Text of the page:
His examples are – regrettably – not very funny, notwithstanding the difficulties in cultural and linguistic distance from us. “A: What are you crying for, dad? B: What, I should be singing? I just lost my case in court!” (Sound of crickets here.) I guess it’s the way you tell them.
The best is as following: “[…] Soldier, Titius, liked to kick a soccer ball around at night ad was suspected of breaking some important statues. When his friends why he hadn’t shown up for his platoon’s morning workout, Terentius Vespa quipped, “Oh, it’s okay – he said he broke an arm.”” “A: In your view, what kind of man gets caught in flagrante delicto? B: A slow one.” Not bad.
How to Tell a Joke: An Ancient Guide to the Art of Humor is not a source book for best-man speech jokes. However, it is a useful reminder that while wit – and admiration for wit – is constant, jokes are rarely as durable. Wit can also be dangerous, as Cicero found to his cost. “Cicero was hunted down and murdered twelve years after publishing this treatise […] by Mark Anthony, a politician-turned-warlord that Cicero had roasted in a merciless series of political speeches.”
Sextus Empiricus (fecit c. 200 AD) was a sceptic of the Pyrrhonist Empiric school. Sextus is an important writer because of the extensive body of his writings which not only survived but also influenced founders of the Enlightenment. Sextus followed the teachings of Pyrrho of Elis (c. 360-270 BC), who supposedly travelled to India on Alexander the Great’s campaign to the Indus, where he met Buddhist and Ajñāna holy men. There are no claims to Sextus being an originator but of being a notable late exponent of Pyrrhonistic thinking, which was known for its radical scepticism in place of advocating a positive worldview. Although the Pyrrhonist school is not considered Stoic, its ataraxia (imperturbability) is a detachment common to Stoicism, Ajñāna and Buddhism.
Richard Bett has selected some of Sextus’s writings in How to Keep an Open Mind, mainly consisting of extracts from Outlines of Pyrrhonism. Sextus presented scepticism not a philosophy but as a method of questioning knowledge and received wisdom. “The skeptical ability is one that produces oppositions among things that appear and things that are thought in any way whatsoever, from which, because of the equal strength in the opposing objects and accounts, we come first to suspension of judgment, and after that to tranquility.”
The weakness of the setting up of a series of oppositional propositions in order to establish equilibrium is that it allows the sceptic to excuse himself from taking a qualified position in favour or opposing a proposition that has a predominance of evidence undermining it. It can become a system to insulate the sceptic from committing and – in a sense – even engaging fully. However, Sextus was aware of this trap and advised using the technique to question theories of reality and knowledge, rather than applying such analysis to matters of daily life. In a similar way, we can see Post-Modernists ignoring their own principles when it comes to living life and only applying deconstruction of language in the fields of politics, philosophy and intellectual pursuits and then only when advantageous.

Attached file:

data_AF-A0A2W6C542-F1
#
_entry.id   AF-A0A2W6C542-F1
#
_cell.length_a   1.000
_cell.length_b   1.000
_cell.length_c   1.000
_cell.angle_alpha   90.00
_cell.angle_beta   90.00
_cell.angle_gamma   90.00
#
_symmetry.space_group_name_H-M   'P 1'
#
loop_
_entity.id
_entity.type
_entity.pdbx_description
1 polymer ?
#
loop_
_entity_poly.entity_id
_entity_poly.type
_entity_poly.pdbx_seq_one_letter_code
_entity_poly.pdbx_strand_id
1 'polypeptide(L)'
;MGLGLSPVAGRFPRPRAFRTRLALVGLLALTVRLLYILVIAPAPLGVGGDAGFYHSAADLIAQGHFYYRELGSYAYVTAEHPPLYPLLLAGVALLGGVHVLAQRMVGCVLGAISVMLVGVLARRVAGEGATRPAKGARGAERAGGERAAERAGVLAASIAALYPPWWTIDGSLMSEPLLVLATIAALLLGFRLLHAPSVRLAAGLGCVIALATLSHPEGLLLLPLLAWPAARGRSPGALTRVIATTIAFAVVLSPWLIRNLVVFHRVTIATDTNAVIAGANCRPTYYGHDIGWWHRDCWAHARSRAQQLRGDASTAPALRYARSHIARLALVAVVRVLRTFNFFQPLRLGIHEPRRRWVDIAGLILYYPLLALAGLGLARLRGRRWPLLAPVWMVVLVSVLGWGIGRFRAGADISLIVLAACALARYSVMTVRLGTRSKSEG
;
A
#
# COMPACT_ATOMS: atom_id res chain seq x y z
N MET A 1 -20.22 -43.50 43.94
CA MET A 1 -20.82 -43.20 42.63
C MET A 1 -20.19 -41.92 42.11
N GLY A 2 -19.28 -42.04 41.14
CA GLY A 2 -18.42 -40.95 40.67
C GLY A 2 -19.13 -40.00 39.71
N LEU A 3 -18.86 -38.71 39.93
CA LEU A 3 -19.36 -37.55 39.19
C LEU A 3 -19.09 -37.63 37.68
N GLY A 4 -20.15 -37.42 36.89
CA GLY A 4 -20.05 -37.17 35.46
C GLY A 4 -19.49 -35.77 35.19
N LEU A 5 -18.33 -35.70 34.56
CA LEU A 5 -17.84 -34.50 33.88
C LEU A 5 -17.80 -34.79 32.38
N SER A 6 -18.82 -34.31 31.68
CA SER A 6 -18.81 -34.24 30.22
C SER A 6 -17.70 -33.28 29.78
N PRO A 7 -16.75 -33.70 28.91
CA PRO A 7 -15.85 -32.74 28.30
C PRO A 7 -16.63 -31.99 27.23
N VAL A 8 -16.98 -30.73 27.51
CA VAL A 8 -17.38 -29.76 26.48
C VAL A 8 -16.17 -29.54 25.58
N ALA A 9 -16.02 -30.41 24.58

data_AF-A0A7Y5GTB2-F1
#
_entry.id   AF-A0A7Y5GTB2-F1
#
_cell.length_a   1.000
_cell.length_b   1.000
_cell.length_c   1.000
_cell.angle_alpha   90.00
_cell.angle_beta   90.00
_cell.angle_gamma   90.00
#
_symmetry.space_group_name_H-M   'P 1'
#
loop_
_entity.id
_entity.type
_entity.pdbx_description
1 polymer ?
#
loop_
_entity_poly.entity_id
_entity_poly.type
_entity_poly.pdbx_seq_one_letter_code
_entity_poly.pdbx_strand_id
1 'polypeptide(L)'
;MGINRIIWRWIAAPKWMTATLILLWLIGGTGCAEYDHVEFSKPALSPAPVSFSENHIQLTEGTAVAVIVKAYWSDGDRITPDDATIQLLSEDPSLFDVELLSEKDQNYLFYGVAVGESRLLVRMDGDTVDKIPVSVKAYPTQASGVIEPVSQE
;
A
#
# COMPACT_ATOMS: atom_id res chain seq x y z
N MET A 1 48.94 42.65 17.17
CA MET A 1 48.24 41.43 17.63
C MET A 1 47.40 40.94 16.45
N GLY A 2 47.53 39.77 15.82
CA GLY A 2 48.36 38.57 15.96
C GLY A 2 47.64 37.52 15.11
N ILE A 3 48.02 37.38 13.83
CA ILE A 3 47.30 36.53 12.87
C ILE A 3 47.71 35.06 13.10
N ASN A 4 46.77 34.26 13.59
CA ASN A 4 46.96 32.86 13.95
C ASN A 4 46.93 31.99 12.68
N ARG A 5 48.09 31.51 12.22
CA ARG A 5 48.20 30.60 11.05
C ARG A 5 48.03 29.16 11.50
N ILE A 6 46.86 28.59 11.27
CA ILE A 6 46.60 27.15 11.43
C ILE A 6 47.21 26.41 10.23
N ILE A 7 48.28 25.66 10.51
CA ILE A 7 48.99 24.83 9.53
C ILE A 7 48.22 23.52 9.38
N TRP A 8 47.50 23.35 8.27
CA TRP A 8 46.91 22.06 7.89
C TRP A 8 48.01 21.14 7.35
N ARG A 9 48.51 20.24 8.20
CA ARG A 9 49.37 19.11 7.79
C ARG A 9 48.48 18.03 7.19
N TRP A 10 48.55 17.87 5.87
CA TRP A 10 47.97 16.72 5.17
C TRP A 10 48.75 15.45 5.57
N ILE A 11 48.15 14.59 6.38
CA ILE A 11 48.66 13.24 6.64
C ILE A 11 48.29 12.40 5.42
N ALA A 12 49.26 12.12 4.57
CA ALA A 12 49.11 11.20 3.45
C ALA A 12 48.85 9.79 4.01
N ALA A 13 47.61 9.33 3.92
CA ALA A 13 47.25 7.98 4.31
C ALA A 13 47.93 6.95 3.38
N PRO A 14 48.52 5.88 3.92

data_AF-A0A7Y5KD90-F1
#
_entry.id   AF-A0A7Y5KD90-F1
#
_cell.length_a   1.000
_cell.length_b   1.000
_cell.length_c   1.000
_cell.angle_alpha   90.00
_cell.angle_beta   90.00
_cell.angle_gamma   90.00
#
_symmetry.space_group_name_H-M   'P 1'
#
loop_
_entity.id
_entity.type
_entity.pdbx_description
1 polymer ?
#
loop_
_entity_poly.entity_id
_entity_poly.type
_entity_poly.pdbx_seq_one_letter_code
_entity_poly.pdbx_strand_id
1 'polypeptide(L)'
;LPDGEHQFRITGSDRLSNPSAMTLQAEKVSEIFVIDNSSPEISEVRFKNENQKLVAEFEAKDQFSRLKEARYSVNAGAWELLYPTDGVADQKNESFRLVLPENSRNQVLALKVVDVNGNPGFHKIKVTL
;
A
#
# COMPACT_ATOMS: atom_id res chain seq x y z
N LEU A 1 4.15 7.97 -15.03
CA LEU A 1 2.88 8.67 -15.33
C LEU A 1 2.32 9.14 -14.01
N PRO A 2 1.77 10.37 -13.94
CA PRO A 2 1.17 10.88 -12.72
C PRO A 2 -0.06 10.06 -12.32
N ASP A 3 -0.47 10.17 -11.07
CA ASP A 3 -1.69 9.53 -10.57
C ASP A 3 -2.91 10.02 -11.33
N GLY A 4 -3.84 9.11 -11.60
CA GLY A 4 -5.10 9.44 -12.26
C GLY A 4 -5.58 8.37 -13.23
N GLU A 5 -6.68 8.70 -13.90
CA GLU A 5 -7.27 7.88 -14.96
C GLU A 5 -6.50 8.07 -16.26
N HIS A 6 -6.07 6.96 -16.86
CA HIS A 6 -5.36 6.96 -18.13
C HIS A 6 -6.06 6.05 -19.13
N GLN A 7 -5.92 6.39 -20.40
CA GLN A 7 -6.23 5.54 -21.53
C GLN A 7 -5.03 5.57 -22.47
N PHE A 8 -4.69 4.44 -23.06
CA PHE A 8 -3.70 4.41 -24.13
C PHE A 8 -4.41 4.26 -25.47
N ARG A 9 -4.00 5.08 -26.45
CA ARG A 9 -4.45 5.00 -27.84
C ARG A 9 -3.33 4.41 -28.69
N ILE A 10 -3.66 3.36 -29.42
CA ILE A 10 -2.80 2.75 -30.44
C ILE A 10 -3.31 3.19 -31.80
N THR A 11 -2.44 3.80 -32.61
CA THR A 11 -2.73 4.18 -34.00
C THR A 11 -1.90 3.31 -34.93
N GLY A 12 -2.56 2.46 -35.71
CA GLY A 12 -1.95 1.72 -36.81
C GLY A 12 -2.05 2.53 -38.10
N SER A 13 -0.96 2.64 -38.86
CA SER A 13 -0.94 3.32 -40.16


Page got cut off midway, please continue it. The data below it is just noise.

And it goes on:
Bett offers Sextus as a model for detachment in an age of polarisation. “[…] if we don’t try to go all the way with Sextus, but still take his method seriously where we can, we may find something useful. To conclude: if Sextus can serve as a model for us, it is perhaps as a model of willingness to look at all sides of any question and not to judge things too quickly – something we could probably use more of in the present state of the world.”
Sextus outlines the method of scepticism and why it is used. “We say up to now that the skeptic’s aim is tranquility in things to do with opinion and moderate reactions in things that are forced on us.” “Arguments to Have up Your Sleeve” is a section dedicated to 15 modes or approaches that allow sceptics to undermine claims to certain knowledge. Sextus warns against inductive reasoning because it is not inclusive of all examples, which allows a degree of uncertainty about the universality of conclusions drawn from induction. Sextus provides a touchstone for the sceptical position generally in late antiquity.
As is usual in the series, extracts of text in the original language faces an English translation, with introduction, glossaries and footnotes in English. These handsome little hardbacks continue the series in a set format with attractive designs and thereby extending Princeton’s library of the ancients.
Marcus Tullius Cicero, Michael Fontaine (ed., trans.), How to Tell a Joke: An Ancient Guide to the Art of Humor, Princeton University Press, March 2021, hardback, cloth spine, 292pp + xxxiii, English/Latin text, £13.99, ISBN 978 069 120 6165
Sextus Empiricus, Richard Bett (trans.), How to Keep an Open Mind, Princeton University Press, April 2021, hardback, 225pp + xlviii, English/Greek text, £13.99, ISBN 978 069 120 6042